The DMA states that the new General Data Protection Regulations (GDPR) will have “far-reaching” consequences for businesses and will determine how a business manages and protects personal data.
There could be fines of 20million Euros or 4% of the companies worth (dependant on which is more) which will make “getting it wrong” a costly mistake. However, many of the rules set out are not as onerous as previously feared by marketers
A key element of the impending regulation is gaining and maintaining consent. This means only contacting people who have “freely given specific, informed and explicit indication of his or her wishes by which the data subject either by a statement or by a clear affirmative action”. This means many customers may be uncontactable. In addition to this, companies are obliged to re-permission their consent regularly; the DMA suggest at least every 2 years; unless the data is for 3rd party use and then it needs to be every 6 months.
A challenge for businesses will be offering the consumer the transparency discussed in the GDPR. As it enforces the idea that companies need an auditable trail of consent and be able to prove this to the data subject. However, as a policy this is a great way for businesses to build trust with customers and understand what their preferred method of contact is. For some it will be email but for others it will be telephone. Ultimately it will reduce superfluous marketing costs and improve ROI on certain channels.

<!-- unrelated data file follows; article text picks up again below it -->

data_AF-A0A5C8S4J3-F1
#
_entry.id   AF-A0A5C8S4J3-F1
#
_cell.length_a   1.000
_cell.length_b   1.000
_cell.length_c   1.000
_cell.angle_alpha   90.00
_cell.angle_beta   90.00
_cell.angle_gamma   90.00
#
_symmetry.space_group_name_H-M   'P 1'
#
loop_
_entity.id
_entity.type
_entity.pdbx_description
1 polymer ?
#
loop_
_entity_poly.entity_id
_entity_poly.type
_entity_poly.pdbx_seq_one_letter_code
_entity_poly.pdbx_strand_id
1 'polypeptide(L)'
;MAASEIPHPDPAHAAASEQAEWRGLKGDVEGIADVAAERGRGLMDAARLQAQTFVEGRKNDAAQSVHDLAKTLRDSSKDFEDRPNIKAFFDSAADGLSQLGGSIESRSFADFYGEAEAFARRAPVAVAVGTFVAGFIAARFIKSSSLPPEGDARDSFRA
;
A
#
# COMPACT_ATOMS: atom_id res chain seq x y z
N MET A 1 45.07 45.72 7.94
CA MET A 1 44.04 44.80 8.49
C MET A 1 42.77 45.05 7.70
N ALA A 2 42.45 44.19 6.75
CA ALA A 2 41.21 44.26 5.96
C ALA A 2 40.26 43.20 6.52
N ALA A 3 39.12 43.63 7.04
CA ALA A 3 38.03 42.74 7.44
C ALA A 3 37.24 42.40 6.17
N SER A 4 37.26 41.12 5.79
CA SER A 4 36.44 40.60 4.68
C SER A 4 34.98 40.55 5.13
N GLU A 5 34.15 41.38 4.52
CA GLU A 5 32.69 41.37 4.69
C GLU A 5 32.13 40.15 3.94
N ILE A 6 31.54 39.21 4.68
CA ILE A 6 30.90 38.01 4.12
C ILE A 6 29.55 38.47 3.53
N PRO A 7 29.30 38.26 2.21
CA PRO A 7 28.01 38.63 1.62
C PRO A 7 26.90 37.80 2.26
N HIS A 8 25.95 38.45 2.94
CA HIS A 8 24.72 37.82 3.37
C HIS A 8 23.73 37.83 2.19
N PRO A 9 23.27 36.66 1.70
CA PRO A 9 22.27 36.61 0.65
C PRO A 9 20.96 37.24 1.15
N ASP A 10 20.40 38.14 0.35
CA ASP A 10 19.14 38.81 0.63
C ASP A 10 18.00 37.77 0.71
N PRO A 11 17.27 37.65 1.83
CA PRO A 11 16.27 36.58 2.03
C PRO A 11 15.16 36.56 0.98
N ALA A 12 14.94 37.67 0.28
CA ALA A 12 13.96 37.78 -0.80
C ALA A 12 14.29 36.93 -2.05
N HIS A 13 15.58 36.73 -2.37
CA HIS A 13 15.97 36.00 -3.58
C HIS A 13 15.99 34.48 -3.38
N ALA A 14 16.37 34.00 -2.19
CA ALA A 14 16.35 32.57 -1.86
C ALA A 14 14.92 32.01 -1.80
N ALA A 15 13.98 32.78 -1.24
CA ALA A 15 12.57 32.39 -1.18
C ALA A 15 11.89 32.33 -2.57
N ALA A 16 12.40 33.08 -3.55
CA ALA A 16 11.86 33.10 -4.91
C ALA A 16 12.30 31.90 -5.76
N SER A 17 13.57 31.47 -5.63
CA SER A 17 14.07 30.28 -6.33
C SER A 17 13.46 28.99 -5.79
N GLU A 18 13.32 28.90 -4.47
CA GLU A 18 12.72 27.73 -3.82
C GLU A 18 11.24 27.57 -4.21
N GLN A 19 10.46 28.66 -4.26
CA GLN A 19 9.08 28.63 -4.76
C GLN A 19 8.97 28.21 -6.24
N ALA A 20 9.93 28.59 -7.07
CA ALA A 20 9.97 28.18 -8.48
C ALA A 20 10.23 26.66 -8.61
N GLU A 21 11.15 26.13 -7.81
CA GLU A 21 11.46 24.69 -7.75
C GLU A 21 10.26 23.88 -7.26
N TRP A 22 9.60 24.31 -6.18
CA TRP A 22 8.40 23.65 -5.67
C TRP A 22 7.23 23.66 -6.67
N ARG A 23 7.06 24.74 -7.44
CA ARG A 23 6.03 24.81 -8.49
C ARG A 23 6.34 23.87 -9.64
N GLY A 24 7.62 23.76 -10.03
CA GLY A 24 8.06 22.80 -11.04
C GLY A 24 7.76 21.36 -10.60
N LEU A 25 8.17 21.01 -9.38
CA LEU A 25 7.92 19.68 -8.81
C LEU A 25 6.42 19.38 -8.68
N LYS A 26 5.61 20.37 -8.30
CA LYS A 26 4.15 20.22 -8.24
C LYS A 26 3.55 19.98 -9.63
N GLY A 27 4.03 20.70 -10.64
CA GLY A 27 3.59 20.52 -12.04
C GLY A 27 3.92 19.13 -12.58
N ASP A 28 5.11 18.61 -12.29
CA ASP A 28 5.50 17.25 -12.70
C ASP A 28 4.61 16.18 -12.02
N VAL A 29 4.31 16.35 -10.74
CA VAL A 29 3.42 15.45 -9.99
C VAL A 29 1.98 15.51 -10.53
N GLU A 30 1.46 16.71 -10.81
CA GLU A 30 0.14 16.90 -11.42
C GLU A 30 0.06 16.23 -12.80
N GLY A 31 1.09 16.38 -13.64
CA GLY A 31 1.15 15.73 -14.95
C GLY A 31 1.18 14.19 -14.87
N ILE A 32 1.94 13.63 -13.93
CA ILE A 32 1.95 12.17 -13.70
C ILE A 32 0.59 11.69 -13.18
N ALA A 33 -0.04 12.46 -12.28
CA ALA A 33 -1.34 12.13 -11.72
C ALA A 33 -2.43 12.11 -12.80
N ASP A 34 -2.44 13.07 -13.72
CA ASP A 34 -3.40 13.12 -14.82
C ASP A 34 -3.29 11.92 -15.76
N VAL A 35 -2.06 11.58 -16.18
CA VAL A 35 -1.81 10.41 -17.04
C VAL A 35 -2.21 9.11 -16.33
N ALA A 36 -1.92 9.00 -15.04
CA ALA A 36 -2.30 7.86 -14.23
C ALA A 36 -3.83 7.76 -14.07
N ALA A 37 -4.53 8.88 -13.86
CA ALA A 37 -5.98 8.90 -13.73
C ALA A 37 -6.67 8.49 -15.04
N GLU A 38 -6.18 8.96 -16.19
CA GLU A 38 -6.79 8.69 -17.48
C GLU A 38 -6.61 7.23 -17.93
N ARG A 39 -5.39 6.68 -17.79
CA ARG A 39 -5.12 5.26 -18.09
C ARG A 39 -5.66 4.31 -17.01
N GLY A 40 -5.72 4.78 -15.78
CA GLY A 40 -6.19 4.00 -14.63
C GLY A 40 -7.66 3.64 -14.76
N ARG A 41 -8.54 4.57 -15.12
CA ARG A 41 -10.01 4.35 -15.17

Transparency is also important as it is suggested that the consumer is becoming more aware of data collection tactics, so the organisation needs to focus on analysis and ensuring they are collecting the correct information to help improve their customer’s journey to buy.
Overall this law will help improve businesses use and maintenance of data and make customers feel safer. The main challenge will be for new businesses who are yet to build a customer base with the tools in place to closely monitor customer data including permissions.
One of the best ways to stay on the right side of the law currently is to perform regular goneaway screenings. These form part of a Data Quality Report and ensure that your data is up-to-date and accurate.
The ICO have created a guide to help companies get ahead of the game with the GDPR called 12 Steps to Take Now.
You can also see how companies have brought their data quality and systems up to scratch in our Whitepaper Marketers’ Guide to Data Quality: Real examples, compliance & easy-to-implement practices.